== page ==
Fundraisers — do you know what your 990 is telling donors about your nonprofit?
In a short few weeks, many of you will be preparing for the IRS your reporting Form 990, “Report of Organization Exempt from Income Tax.”
There are many reasons fundraisers should pay close attention to what is being reported on their 990. But in this post, I wanted to point out a frequently overlooked opportunity for you to use the 990 to promote your work to your donors, potential donors and other important constituents.
On the very first page of the 990 you are asked to describe your organization’s mission:
Experienced fundraisers don’t leave it up to their auditors, CFOs or bookkeepers to decide what description should go on line 1. If left in your 990 preparer’s hands, you are likely to end up with an abbreviated mission statement like “homeless support” or “social services” instead of that beautiful mission statement you spent so many hours carefully crafting.
On the very next page, you get another chance to promote your work when the 990 asks you to describe your program activities for the last year.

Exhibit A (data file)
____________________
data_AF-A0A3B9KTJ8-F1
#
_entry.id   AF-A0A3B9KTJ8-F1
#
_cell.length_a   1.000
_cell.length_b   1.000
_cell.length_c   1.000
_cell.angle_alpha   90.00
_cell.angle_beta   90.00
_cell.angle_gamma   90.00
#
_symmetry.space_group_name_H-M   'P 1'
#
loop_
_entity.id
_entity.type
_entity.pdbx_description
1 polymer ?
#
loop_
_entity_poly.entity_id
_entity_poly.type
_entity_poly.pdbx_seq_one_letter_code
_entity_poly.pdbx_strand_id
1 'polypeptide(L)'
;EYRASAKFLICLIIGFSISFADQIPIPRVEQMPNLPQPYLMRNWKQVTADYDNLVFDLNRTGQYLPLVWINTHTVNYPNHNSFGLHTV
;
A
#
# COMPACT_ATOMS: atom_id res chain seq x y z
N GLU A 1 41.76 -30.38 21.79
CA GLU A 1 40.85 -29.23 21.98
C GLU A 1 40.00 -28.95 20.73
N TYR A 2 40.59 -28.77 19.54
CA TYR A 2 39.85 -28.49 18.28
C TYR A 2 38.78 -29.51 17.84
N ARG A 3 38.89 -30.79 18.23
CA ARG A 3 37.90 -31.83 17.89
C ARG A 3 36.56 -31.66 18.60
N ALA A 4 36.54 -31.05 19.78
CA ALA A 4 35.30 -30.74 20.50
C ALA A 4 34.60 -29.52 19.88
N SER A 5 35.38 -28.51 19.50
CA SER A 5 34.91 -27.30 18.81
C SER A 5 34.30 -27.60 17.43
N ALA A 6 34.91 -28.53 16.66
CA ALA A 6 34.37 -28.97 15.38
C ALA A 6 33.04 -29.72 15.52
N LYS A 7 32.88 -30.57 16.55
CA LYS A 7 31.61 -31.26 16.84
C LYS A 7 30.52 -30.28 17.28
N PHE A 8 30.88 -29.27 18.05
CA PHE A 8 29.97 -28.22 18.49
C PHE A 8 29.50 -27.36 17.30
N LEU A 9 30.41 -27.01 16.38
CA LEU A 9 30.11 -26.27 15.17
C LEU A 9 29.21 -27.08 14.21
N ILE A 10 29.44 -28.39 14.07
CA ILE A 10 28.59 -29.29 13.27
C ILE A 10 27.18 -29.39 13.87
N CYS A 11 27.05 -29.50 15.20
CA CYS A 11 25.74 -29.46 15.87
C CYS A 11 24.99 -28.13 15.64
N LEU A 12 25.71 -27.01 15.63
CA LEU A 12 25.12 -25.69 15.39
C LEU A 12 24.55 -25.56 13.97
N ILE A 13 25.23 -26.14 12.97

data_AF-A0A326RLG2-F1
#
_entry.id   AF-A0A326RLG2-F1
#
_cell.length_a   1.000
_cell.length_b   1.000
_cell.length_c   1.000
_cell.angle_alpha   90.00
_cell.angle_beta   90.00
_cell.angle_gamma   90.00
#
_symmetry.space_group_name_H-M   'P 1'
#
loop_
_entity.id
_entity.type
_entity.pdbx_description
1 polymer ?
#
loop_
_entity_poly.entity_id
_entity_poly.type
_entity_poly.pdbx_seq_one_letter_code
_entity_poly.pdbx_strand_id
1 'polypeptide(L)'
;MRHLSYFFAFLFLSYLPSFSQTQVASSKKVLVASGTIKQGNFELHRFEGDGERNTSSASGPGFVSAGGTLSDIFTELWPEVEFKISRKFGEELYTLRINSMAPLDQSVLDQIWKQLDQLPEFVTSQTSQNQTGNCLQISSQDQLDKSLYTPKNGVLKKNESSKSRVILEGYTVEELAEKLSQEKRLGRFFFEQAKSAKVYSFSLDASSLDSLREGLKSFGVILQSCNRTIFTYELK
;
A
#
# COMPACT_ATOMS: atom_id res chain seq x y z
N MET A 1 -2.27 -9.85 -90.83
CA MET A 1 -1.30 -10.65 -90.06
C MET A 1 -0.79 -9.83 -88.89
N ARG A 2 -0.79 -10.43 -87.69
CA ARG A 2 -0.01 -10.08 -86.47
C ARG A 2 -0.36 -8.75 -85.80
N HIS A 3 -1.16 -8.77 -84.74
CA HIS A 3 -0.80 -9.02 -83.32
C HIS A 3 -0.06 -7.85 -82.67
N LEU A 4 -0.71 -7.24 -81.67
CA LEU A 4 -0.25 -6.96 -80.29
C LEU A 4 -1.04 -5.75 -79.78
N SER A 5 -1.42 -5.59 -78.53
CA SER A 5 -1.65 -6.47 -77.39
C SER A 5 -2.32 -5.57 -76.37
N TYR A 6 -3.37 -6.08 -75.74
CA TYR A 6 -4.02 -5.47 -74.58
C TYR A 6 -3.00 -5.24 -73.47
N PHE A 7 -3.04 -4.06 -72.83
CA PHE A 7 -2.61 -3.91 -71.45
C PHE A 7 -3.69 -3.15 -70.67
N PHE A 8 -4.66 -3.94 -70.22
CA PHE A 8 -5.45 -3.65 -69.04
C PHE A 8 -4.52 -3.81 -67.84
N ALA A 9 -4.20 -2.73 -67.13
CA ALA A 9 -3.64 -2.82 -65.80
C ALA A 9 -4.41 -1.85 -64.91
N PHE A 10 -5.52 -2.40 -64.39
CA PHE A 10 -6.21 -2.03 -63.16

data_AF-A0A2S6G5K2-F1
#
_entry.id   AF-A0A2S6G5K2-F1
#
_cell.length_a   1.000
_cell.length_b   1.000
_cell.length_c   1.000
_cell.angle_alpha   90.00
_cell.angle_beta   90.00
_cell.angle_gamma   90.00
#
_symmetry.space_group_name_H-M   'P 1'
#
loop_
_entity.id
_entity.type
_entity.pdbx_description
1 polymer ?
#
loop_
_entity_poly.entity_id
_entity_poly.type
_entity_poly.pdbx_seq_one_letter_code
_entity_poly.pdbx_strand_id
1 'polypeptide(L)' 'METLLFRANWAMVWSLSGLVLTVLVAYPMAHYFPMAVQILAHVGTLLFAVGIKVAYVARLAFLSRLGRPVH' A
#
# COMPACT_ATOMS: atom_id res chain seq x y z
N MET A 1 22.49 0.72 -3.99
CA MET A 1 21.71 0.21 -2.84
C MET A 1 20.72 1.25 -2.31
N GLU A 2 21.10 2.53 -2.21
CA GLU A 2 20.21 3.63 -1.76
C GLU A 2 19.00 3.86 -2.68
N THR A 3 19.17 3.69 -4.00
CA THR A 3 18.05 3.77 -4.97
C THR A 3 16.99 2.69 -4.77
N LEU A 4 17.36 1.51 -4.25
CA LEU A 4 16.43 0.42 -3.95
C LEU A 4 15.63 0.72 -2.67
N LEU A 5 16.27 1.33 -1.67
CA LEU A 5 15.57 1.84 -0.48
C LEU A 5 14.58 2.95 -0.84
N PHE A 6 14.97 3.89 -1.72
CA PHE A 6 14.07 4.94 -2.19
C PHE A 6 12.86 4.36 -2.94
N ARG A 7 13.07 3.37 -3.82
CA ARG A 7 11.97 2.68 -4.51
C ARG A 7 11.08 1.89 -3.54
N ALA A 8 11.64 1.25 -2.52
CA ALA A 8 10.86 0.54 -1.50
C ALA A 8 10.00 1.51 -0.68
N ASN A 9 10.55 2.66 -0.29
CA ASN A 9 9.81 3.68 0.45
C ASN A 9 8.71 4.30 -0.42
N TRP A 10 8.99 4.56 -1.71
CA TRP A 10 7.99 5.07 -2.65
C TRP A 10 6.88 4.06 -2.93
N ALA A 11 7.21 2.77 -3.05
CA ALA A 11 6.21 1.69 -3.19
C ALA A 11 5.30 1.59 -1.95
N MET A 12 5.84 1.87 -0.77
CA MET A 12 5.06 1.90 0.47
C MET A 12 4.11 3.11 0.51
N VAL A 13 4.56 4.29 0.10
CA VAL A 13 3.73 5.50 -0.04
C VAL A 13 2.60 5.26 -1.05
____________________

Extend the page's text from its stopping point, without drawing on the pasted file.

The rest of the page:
Again, don’t let your auditor complete this for you without your input. Take the time to prepare a succinct but engaging description of what you did with your money and how that made a difference.
You can even attach a schedule that, along with the space provided on the form, enables you to provide a pretty complete description of your program accomplishments.
Never forget that numerous online websites like Guidestar.org or The Foundation Center‘s 990 Finder maintain public databases of the 990s of all nonprofits. These sites have become widely popular as a place where donors, prospective donors, researchers, colleagues and the media can head to learn more about your nonprofit.
And of course, you are required to disclose your 990 upon request. And you are probably sending it out with grant proposals.
So make sure that your 990 tells a compelling story about your work. Don’t leave that story solely in the hands of your 990 preparer.